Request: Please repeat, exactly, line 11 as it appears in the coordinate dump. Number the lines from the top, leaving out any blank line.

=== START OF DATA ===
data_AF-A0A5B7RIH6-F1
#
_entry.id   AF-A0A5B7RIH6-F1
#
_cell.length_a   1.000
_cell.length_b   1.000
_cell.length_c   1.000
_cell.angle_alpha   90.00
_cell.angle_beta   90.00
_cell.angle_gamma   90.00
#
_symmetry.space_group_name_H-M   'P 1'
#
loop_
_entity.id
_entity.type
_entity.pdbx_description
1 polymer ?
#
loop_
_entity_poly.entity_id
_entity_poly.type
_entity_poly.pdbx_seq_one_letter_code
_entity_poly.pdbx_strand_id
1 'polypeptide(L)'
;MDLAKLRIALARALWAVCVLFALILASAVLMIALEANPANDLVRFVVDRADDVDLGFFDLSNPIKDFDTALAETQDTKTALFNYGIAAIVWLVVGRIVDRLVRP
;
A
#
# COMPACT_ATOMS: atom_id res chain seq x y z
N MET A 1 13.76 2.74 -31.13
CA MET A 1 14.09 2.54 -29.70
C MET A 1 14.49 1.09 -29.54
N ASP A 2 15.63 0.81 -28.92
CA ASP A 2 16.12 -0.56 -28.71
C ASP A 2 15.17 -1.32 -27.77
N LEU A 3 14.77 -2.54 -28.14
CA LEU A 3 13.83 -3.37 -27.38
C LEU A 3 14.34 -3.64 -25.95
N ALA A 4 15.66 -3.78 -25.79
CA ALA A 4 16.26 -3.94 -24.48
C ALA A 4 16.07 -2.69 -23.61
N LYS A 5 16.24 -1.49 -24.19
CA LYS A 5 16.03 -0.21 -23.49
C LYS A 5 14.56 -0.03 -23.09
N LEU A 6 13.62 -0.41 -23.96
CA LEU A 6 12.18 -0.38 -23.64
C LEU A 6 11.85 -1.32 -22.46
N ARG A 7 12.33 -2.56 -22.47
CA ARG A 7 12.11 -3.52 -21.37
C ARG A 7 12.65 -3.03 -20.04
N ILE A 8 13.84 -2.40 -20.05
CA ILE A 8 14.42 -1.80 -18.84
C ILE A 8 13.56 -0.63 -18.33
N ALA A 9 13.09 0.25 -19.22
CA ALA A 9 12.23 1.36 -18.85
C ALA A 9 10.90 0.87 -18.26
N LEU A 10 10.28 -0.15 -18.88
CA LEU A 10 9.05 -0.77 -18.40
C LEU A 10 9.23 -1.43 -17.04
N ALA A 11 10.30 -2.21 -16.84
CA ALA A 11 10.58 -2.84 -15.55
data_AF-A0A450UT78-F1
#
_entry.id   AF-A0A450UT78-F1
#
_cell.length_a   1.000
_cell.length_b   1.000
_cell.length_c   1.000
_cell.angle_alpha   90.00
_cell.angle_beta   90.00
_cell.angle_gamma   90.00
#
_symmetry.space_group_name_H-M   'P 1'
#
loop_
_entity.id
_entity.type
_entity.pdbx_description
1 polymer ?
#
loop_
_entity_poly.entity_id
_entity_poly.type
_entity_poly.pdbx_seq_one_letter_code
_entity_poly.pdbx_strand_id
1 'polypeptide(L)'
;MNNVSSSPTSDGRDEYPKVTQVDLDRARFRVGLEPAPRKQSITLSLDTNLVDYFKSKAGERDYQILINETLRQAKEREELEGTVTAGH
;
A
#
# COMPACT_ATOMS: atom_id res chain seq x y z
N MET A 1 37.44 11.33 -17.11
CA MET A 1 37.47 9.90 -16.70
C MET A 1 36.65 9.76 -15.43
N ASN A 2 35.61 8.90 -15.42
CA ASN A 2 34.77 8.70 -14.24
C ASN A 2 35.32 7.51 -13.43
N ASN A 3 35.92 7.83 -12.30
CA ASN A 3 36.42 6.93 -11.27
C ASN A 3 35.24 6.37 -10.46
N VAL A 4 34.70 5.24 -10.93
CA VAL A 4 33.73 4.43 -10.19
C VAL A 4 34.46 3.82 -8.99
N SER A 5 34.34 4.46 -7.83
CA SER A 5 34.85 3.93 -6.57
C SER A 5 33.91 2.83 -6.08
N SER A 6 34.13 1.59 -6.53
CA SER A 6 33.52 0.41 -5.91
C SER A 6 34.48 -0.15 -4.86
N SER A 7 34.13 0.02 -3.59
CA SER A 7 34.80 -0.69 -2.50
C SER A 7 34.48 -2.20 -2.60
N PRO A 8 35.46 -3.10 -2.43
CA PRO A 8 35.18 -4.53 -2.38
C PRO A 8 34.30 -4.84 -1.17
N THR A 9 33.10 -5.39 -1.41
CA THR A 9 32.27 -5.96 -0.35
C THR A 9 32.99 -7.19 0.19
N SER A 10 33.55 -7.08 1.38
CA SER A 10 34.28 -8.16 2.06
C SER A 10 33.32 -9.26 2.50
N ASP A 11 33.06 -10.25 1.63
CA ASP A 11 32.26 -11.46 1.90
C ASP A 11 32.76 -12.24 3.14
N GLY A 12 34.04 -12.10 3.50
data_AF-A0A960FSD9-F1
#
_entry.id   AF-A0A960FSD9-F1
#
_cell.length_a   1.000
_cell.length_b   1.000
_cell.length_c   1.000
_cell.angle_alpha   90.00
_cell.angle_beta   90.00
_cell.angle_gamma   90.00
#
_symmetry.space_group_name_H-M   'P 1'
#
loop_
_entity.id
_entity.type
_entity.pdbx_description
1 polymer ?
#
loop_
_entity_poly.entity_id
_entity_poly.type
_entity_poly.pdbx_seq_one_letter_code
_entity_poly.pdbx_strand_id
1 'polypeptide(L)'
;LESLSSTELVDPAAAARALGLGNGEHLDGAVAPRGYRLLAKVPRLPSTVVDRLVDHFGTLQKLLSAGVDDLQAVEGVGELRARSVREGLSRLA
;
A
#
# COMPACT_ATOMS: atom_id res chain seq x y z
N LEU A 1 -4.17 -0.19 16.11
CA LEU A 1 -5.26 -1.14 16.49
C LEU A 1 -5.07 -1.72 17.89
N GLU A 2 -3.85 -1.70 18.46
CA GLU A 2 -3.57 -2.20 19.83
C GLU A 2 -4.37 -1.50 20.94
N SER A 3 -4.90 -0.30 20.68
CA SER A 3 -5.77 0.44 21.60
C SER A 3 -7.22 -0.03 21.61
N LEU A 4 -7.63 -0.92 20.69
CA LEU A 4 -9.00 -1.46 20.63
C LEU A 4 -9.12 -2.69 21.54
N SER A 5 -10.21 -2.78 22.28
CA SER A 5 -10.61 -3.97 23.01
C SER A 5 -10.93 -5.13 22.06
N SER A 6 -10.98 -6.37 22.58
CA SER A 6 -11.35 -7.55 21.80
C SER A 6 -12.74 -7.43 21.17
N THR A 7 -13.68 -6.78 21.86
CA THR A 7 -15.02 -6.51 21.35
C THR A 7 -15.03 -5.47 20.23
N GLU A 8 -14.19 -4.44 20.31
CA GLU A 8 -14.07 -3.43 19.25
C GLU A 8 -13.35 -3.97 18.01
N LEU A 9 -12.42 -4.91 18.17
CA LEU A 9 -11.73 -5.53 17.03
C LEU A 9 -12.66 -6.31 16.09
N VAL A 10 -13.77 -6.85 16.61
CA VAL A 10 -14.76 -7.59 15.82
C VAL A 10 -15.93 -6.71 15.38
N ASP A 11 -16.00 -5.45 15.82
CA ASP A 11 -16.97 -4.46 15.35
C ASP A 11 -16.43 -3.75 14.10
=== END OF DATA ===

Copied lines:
#